Science and Society: My analysis of the Eurobarometer (1)

So I finally finished gathering my data and did my plots. Before I get into specifics about what exactly did the Greek sample say, I want to mention four things that I found striking:

  1. there was significantly more emphasis in the Greek answers: Even though, in most questions their beliefs appear to be similar to those of other Europeans, their answers were more “emphatic” i.e. their answers were less divided compared to other EU countries. I noticed this by eye, and in an effort to “quantify” it, I ranked all European countries according to their responses using the graph charts presented in the Eurobarometer report. In these graphs, the countries were plotted in descending order, according to the value of the majority and minority percentages in those questions. The country on the far left was thus ranked “1” since it showed the greatest majority percentage. Similarly the country on the far right was ranked “28” (the average of all 27 EU countries was included in the ranking).

In the following graph I present the distribution of rankings of the EU27 average:

As expected the average of “EU27 average” (as calculated in the report) rankings was 15, i.e. in the middle. The EU27 average rankings ranged from 11 to 19.

I did not calculate the rankings for all countries – that would be too much work I am afraid. I first calculated them for Greece and the UK, given that these are the countries I am comparing here. I also calculated them for Italy (as an example of another Mediterranean country), Germany (a central European country with a strong science base and a long history of science communication, to make sure that there is no “UK vs the continent” bias) and Denmark (as an example of a country widely known for being very technologically advanced and innovative).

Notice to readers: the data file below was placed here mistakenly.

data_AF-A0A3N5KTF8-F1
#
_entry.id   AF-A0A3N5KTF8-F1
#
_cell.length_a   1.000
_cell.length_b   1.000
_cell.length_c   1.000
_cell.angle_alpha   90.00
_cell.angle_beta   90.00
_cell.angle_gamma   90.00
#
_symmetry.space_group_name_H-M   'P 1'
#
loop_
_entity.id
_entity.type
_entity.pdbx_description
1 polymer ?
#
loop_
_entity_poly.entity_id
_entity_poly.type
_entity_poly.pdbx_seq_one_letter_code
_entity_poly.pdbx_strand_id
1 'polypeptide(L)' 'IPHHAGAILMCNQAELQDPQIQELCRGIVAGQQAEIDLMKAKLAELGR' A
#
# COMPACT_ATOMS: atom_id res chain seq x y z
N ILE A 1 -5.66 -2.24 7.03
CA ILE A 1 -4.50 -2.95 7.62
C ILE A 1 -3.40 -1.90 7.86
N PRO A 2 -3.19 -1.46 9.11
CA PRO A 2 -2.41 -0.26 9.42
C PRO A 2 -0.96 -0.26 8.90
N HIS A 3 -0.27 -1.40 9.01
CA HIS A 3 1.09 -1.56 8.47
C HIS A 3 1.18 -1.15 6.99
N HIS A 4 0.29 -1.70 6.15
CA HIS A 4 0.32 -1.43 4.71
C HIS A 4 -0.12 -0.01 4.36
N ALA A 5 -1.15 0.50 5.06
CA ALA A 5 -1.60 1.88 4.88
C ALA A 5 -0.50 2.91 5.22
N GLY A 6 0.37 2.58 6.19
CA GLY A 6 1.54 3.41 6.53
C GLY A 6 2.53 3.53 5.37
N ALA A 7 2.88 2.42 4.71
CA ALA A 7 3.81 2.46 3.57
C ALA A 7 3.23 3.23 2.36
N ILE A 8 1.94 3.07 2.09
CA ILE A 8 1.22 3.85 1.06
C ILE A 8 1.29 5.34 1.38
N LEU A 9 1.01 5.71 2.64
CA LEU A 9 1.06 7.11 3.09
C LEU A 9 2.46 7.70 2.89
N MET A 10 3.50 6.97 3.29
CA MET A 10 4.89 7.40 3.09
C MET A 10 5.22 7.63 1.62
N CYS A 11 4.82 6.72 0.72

I could have chosen other countries for these comparisons. For example, I could have chosen Cyprus as the Mediterranean example, but a lot of the answers of the Cypriot sample were too similar to the Greek sample. I found this also very interesting (is this an example of how culture shapes people’s relationship with S&T?).

Here are the equivalent to the above plot for each of the countries mentioned above:

When the graphs above are compared, one sees that the majority of the Greek sample’s rankings tended to be a lot higher, whereas the  majority of the UK sample’s rankings tended to be lower compared to the other countries. The average ranking for Greece was 9 and for UK was 17, whereas for Italy was 16, for Germany was 14 and Denmark was 14.
The Italian, German and Danish ranking ranges look very similar – spread out over the whole range.

  • they replied a lot more than the EU average: the average “Don’t Knows” for Greece was 2% whereas for the EU27 averages was 5%. Thus, Greek people seemed more sure about what to reply compared to all other Europeans. I calculated this to look at the “ignorance” factor, which could have lead to the above emphasis. I.e. it could be that the results in point 1 above were so striking because Greek people did not know what to answer. But this does not seem to be the case.
  • the Greek sample seemed a bit confused on what they feel about S&T: in many questions Greek people were positive about S&T but in even more questions they were negative about it. This is striking given the emphasis with which the answered these questions. More on this point in the following posts and in my concluding post.
  • the difference in the rankings of Greece and UK were striking: in most questions they were on the opposite ends of the plots!
So these are some general conclusions I drove from the whole analysis. In the following posts, I will look at those questions on which the answers were most interesting.

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